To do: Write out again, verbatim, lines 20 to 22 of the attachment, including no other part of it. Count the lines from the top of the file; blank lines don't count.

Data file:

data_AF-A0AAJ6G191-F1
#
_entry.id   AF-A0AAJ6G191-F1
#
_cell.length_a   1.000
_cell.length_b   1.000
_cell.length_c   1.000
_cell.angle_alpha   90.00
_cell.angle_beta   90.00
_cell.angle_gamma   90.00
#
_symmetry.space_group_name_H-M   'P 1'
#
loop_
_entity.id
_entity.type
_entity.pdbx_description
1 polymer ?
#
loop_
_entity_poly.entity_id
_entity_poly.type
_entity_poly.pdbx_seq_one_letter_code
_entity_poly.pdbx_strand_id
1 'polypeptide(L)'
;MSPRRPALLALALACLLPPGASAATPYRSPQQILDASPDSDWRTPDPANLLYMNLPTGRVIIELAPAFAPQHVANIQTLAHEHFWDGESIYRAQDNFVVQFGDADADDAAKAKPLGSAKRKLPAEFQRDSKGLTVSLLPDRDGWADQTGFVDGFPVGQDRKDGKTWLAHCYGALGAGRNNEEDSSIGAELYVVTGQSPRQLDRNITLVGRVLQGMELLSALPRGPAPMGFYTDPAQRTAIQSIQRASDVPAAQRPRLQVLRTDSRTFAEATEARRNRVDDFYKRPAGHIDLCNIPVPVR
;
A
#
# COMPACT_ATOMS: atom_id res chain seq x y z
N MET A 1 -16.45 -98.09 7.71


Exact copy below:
loop_
_entity_poly.entity_id
_entity_poly.type